Friday, October 14, 2005

DUH. Just Don't Get Sick.

(See how nice I am. I drop off the face of the earth, then return only to moan about insurance again.)

We've had health insurance through Jete's job since we got married. At one time, it was awesome insurance. So awesome, in fact, that sometimes I think it was only a dream or fairy tale. It made up for the fact that he makes so little money. Dirt cheap weekly premiums. And? The Happily Ever After? It was only 5 dollars - FIVE - for every doctor visit and prescription. No extra for "specialists" or "tier 2" drugs. Five dollars, across the board.

If only Ethan was born a little sooner, we might have really taken advantage of it. As it was, they paid for every penny of his NICU stay and his first 2 years of seeing specialist after specialist. Not a question asked.

The past two years, costs have increased, and the plan changed from one company to another - HATE HATE HATE. With every test, drug, or doctor comes another fight. I have called them no less than 20 times in the past few months to straighten things out, and I still have almost a thousand dollars in unpaid medical bills buried on the counter. Because even after all the begging and pleading, they only pay a percentage of every bill. Sometimes, it hardly seems worth all the effort.

Over time, we realized - hell-o! - just switch carriers! My company is large enough that you can choose from 4 different insurance companies, including the nicer people we had before. When my reenrollment period came around, I'd just sign us up for that one. The Big Plan was hatched.

This week, we got the paperwork to sign up for health benefits at my company. Someone must have alerted them to The Big Plan. Because now, their benefits are awful, too.

You still have the option to choose from the different carriers - for your doctor's visits. However, all prescriptions, no matter which plan you choose, will be administered through my Arch Nemesis. I can't get away from them.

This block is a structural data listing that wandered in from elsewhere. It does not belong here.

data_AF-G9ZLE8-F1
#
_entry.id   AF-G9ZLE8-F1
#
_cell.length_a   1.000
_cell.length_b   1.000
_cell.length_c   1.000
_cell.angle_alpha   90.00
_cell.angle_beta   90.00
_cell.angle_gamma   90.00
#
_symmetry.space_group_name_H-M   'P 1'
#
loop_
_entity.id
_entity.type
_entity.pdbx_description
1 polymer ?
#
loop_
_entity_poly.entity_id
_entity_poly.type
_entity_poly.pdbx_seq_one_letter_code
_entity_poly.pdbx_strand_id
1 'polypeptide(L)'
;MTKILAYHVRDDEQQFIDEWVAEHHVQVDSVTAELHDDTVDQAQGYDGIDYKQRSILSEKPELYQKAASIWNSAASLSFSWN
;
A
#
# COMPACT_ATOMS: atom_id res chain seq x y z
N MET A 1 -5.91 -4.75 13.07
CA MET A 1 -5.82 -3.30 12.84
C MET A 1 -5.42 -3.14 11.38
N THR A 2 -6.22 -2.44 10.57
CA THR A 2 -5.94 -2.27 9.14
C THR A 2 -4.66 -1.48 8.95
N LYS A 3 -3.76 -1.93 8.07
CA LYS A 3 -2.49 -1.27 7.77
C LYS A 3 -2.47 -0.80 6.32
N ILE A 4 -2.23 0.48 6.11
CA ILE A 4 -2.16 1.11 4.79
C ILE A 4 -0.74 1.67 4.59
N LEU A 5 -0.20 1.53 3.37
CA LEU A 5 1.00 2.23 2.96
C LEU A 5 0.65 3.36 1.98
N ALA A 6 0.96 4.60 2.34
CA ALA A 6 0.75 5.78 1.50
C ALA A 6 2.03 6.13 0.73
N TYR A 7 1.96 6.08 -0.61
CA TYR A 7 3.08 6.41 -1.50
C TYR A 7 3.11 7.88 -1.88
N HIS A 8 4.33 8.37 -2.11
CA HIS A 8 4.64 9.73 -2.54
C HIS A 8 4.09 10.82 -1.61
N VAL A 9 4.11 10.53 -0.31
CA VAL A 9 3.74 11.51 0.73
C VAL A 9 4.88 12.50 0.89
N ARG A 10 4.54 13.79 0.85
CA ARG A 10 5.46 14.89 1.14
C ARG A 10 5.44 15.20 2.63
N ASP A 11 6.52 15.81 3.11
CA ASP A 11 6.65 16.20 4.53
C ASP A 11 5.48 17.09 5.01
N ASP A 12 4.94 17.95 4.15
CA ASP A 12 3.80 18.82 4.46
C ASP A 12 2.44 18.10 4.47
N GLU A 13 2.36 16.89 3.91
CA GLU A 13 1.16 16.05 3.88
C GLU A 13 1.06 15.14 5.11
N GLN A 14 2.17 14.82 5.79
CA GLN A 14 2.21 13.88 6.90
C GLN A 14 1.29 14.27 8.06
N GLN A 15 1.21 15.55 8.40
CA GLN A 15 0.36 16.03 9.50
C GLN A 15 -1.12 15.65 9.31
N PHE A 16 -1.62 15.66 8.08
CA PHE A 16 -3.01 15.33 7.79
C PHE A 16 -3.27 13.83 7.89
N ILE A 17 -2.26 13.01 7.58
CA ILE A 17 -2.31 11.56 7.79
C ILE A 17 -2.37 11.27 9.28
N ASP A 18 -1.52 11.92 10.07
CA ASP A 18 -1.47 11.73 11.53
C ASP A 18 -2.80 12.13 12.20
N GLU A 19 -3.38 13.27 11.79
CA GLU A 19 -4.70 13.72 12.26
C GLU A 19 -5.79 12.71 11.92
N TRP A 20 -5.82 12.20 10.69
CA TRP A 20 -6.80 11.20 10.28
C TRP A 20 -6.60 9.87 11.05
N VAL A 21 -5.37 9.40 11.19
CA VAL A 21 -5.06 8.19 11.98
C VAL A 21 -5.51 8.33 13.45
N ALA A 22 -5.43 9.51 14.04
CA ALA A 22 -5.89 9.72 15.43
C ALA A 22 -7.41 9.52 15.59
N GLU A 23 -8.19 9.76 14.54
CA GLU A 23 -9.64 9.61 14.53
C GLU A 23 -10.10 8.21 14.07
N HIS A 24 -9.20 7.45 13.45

(Let me just say to you companies out there: you get what you pay for. They may be cheap, but that's because their service SUCKS. Plain and simple.)

Not only will it be administered through them, but they have gone to a coinsurance system. You will always have to pay 25% of the cost of the drug, up to a maximum. I did the math, and if Ethan's drugs fall into the categories I think they do, we'll be paying about $300 a month just for his prescriptions. (That's on top of the $25 copays for every doctor visit, often once or twice a week.) The three-month mail-away option only saves you a few dollars, and it's not really an option since his dosage changes so often.

So now, I've got exactly 2 weeks to crunch all of the numbers. Jete's insurance SUCKS for one set of reasons, and this insurance SUCKS for another set. Which option sucks less?

Ah, a mathematician's dream.

As numb as I am when it comes to insurance stuff, two things really bothered me about this:

1. The condescending language in the literature.

They said they are doing this to encourage us to "ask the doctor for a different drug if it is too expensive." See, this assumes we just blindly take whatever drugs our doctors give us with no thought for the poor MULTI-BILLION DOLLAR COMPANY paying for it. Boo-freakin-hoo. We don't have a choice. I'd love for Ethan to take no drugs. If there's a plan that guarantees that, sign me up. (And for the record, if there is a generic available, we ALWAYS ask for it. I'm not looking to make drug companies richer either.)